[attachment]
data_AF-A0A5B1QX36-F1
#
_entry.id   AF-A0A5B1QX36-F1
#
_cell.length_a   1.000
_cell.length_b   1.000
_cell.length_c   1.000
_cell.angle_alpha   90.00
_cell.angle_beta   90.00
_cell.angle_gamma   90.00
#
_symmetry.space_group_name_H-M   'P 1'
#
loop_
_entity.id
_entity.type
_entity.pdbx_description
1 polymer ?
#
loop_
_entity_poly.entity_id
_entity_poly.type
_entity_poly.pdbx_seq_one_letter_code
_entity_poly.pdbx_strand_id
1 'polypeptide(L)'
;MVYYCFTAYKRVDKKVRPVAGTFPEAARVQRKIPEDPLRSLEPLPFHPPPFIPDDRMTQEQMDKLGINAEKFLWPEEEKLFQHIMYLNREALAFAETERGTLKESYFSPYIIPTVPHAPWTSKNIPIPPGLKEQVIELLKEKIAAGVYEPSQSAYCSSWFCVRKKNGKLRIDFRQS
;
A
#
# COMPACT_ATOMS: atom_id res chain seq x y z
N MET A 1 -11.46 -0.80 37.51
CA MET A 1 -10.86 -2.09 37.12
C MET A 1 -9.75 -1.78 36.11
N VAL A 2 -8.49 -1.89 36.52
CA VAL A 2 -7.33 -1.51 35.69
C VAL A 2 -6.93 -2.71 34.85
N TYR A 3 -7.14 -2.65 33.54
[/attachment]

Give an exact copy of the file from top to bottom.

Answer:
data_AF-A0A5B1QX36-F1
#
_entry.id   AF-A0A5B1QX36-F1
#
_cell.length_a   1.000
_cell.length_b   1.000
_cell.length_c   1.000
_cell.angle_alpha   90.00
_cell.angle_beta   90.00
_cell.angle_gamma   90.00
#
_symmetry.space_group_name_H-M   'P 1'
#
loop_
_entity.id
_entity.type
_entity.pdbx_description
1 polymer ?
#
loop_
_entity_poly.entity_id
_entity_poly.type
_entity_poly.pdbx_seq_one_letter_code
_entity_poly.pdbx_strand_id
1 'polypeptide(L)'
;MVYYCFTAYKRVDKKVRPVAGTFPEAARVQRKIPEDPLRSLEPLPFHPPPFIPDDRMTQEQMDKLGINAEKFLWPEEEKLFQHIMYLNREALAFAETERGTLKESYFSPYIIPTVPHAPWTSKNIPIPPGLKEQVIELLKEKIAAGVYEPSQSAYCSSWFCVRKKNGKLRIDFRQS
;
A
#
# COMPACT_ATOMS: atom_id res chain seq x y z
N MET A 1 -11.46 -0.80 37.51
CA MET A 1 -10.86 -2.09 37.12
C MET A 1 -9.75 -1.78 36.11
N VAL A 2 -8.49 -1.89 36.52
CA VAL A 2 -7.33 -1.51 35.69
C VAL A 2 -6.93 -2.71 34.85
N TYR A 3 -7.14 -2.65 33.54